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AIS is more prevalent in girls than it is in boys, which means a majority of AIS patients can and will experience pregnancy and delivery. Yet, there are many unanswered questions regarding AIS and post-spinal fusion pregnancies. With your help, we can begin to answer these questions today.

Share your story

If you would like to share your post-surgery pregnancy story, please visit our Facebook page. You can post your story along with a picture of you and your baby!


The surgeon members of the Harms Study Group are initiating a very important study:


Pregnancy and Childbirth After Spinal Fusion for Adolescent Idiopathic Scoliosis. 


This study is designed to answer the following questions:

Does having corrective spinal fusion to treat scoliosis affect post-surgical pregnancy and delivery?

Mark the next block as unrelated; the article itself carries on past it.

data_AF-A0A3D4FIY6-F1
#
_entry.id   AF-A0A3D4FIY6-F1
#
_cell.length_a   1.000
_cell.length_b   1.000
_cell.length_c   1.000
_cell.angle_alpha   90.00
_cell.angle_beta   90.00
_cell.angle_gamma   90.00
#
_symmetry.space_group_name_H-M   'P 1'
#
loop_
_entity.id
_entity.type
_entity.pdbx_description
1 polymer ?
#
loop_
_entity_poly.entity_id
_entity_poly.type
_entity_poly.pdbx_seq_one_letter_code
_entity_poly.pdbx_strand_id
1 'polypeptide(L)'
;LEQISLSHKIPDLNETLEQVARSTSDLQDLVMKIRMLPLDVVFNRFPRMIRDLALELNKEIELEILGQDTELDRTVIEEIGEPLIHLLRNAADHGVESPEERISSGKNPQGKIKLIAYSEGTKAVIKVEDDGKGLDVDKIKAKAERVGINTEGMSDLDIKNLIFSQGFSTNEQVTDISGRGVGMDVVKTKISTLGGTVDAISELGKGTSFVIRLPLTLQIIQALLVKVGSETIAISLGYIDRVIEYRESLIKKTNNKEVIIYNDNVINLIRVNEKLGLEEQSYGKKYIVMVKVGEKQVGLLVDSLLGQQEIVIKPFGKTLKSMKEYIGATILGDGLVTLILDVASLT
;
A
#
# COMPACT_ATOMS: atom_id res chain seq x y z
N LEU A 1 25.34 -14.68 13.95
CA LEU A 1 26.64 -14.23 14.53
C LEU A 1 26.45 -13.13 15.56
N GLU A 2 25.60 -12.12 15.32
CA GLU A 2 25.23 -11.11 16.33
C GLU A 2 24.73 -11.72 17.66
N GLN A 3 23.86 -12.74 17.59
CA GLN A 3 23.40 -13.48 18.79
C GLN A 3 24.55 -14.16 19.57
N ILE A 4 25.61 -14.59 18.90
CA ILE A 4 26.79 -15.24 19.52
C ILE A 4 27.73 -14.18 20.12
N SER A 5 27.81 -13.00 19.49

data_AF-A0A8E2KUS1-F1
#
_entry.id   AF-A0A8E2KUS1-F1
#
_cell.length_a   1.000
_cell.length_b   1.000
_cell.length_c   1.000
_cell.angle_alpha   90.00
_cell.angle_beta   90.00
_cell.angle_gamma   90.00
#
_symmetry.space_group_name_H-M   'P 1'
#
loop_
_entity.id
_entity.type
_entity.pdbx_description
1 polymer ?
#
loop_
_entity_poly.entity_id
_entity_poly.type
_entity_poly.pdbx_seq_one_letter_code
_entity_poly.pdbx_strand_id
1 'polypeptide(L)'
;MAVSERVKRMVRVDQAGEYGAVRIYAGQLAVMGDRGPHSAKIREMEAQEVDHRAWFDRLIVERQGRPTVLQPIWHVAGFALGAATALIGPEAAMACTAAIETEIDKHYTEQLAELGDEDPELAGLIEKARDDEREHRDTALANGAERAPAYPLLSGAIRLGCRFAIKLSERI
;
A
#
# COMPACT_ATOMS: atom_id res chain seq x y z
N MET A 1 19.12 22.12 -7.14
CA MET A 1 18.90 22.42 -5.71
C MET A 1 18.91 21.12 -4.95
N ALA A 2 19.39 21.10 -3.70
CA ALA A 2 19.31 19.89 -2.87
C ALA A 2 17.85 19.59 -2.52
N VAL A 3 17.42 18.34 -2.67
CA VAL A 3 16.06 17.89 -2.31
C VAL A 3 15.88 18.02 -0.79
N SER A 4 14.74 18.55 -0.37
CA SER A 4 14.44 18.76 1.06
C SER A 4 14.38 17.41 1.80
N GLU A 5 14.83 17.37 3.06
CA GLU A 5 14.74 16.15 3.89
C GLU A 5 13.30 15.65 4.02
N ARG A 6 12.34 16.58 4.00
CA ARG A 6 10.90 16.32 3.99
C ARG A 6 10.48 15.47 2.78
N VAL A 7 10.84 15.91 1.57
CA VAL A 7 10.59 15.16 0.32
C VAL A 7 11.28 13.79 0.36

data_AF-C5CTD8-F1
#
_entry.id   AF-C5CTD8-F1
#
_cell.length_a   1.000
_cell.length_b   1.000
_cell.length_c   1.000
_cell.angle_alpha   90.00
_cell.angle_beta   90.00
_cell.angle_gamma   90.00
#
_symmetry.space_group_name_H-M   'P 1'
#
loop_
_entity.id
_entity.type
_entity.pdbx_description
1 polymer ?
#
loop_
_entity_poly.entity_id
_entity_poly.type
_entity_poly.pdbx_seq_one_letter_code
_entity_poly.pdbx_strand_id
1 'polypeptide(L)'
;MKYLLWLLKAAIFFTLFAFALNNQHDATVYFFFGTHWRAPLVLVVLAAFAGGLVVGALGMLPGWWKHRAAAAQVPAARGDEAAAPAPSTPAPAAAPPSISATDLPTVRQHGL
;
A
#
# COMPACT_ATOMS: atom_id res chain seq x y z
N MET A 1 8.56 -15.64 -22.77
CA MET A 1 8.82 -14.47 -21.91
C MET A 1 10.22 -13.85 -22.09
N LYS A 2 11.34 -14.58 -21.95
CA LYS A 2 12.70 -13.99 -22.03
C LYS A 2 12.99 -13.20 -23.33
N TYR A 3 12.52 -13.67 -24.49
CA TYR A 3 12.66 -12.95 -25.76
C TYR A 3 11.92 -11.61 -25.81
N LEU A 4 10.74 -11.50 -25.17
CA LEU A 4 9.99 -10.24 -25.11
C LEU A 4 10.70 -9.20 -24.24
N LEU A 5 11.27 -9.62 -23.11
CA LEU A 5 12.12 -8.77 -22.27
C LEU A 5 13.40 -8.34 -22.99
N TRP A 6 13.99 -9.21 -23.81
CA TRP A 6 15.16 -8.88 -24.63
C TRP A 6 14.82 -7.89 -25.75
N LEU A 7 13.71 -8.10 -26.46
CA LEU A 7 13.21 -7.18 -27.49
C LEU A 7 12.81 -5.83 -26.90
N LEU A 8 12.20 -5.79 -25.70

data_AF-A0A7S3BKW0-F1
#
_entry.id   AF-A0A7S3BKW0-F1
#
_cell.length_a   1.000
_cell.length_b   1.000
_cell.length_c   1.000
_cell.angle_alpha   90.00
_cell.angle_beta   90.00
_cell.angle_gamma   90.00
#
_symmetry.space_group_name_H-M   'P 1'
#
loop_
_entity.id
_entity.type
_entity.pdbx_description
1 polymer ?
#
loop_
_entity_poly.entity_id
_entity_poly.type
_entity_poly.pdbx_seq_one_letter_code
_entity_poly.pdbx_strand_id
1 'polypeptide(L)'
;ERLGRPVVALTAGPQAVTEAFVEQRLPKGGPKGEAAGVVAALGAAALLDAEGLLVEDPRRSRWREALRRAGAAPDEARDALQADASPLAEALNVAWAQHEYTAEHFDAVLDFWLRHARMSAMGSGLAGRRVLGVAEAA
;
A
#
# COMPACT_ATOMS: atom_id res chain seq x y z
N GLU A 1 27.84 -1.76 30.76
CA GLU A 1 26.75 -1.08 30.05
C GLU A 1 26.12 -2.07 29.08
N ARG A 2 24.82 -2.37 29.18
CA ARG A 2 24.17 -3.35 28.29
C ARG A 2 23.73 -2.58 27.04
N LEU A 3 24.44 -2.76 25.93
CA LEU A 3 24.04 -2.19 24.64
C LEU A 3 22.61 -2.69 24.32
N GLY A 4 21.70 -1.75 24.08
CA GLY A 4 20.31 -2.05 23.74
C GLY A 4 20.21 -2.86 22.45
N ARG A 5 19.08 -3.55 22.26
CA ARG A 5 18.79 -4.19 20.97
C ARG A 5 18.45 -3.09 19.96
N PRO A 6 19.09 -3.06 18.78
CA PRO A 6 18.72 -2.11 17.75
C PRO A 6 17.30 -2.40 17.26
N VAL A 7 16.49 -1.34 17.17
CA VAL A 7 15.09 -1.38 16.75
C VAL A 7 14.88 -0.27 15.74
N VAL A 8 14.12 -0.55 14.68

1. Is obstetrical management different for patients who have had spinal fusion than it is for the unaffected populations?

     -- Are cesarean section rates the same in both affected and unaffected populations?

     -- Is the use of epidural anesthesia the same in both affected and unaffeceted populations?


How do pregnancy and delivery affect radiographic outcomes and Quality of Life scores in previously fused AIS patients?


    1. Is there a change in spinal alignment in patients with AIS after their pregnancy and delivery?
    2. Does Quality of Life, with regards to the spine, increase or decrease after pregnancy?

     -- If so, what are the timing and duration of HRQOL changes?

We need your help!

The efforts for conducting this research are being funded by donations. The estimated cost to complete this study in one year is $27,000.  


To assist us in our research of pregnancy in AIS patients, please click on the Support Our Research button and donate today!